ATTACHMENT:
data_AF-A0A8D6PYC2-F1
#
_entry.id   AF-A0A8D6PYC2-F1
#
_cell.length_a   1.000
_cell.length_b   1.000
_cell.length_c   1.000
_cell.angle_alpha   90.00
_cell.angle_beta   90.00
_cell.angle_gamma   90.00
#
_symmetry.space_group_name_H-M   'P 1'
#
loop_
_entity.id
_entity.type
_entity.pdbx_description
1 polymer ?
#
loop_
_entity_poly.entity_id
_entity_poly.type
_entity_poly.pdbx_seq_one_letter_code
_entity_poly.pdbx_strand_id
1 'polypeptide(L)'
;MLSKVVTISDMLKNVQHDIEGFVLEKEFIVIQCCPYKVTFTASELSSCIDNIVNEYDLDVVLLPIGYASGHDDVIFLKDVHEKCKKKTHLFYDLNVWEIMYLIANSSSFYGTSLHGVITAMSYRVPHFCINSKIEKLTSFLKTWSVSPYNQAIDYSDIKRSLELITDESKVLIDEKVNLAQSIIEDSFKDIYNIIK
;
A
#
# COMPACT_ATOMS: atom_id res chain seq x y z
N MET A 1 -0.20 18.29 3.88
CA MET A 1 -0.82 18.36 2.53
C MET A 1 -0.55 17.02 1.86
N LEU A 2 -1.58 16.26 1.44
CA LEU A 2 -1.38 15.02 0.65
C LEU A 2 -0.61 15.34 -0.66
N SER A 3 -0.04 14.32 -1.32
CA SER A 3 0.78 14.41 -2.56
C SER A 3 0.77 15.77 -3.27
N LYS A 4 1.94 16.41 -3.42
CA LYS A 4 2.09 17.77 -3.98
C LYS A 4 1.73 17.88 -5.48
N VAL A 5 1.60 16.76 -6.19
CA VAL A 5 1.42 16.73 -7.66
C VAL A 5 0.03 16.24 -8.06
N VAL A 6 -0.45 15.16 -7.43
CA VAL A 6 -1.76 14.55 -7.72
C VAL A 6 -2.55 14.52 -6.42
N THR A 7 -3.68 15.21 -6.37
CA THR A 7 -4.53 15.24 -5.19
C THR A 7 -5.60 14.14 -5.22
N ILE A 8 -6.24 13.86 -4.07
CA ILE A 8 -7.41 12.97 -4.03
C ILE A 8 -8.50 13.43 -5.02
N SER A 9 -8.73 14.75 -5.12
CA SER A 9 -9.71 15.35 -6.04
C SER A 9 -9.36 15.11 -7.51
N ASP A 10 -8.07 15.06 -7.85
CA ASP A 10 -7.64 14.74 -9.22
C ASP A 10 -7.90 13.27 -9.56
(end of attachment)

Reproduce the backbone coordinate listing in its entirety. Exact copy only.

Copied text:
data_AF-A0A8D6PYC2-F1
#
_entry.id   AF-A0A8D6PYC2-F1
#
_cell.length_a   1.000
_cell.length_b   1.000
_cell.length_c   1.000
_cell.angle_alpha   90.00
_cell.angle_beta   90.00
_cell.angle_gamma   90.00
#
_symmetry.space_group_name_H-M   'P 1'
#
loop_
_entity.id
_entity.type
_entity.pdbx_description
1 polymer ?
#
loop_
_entity_poly.entity_id
_entity_poly.type
_entity_poly.pdbx_seq_one_letter_code
_entity_poly.pdbx_strand_id
1 'polypeptide(L)'
;MLSKVVTISDMLKNVQHDIEGFVLEKEFIVIQCCPYKVTFTASELSSCIDNIVNEYDLDVVLLPIGYASGHDDVIFLKDVHEKCKKKTHLFYDLNVWEIMYLIANSSSFYGTSLHGVITAMSYRVPHFCINSKIEKLTSFLKTWSVSPYNQAIDYSDIKRSLELITDESKVLIDEKVNLAQSIIEDSFKDIYNIIK
;
A
#
# COMPACT_ATOMS: atom_id res chain seq x y z
N MET A 1 -0.20 18.29 3.88
CA MET A 1 -0.82 18.36 2.53
C MET A 1 -0.55 17.02 1.86
N LEU A 2 -1.58 16.26 1.44
CA LEU A 2 -1.38 15.02 0.65
C LEU A 2 -0.61 15.34 -0.66
N SER A 3 -0.04 14.32 -1.32
CA SER A 3 0.78 14.41 -2.56
C SER A 3 0.77 15.77 -3.27
N LYS A 4 1.94 16.41 -3.42
CA LYS A 4 2.09 17.77 -3.98
C LYS A 4 1.73 17.88 -5.48
N VAL A 5 1.60 16.76 -6.19
CA VAL A 5 1.42 16.73 -7.66
C VAL A 5 0.03 16.24 -8.06
N VAL A 6 -0.45 15.16 -7.43
CA VAL A 6 -1.76 14.55 -7.72
C VAL A 6 -2.55 14.52 -6.42
N THR A 7 -3.68 15.21 -6.37
CA THR A 7 -4.53 15.24 -5.19
C THR A 7 -5.60 14.14 -5.22
N ILE A 8 -6.24 13.86 -4.07
CA ILE A 8 -7.41 12.97 -4.03
C ILE A 8 -8.50 13.43 -5.02
N SER A 9 -8.73 14.75 -5.12
CA SER A 9 -9.71 15.35 -6.04
C SER A 9 -9.36 15.11 -7.51
N ASP A 10 -8.07 15.06 -7.85
CA ASP A 10 -7.64 14.74 -9.22
C ASP A 10 -7.90 13.27 -9.56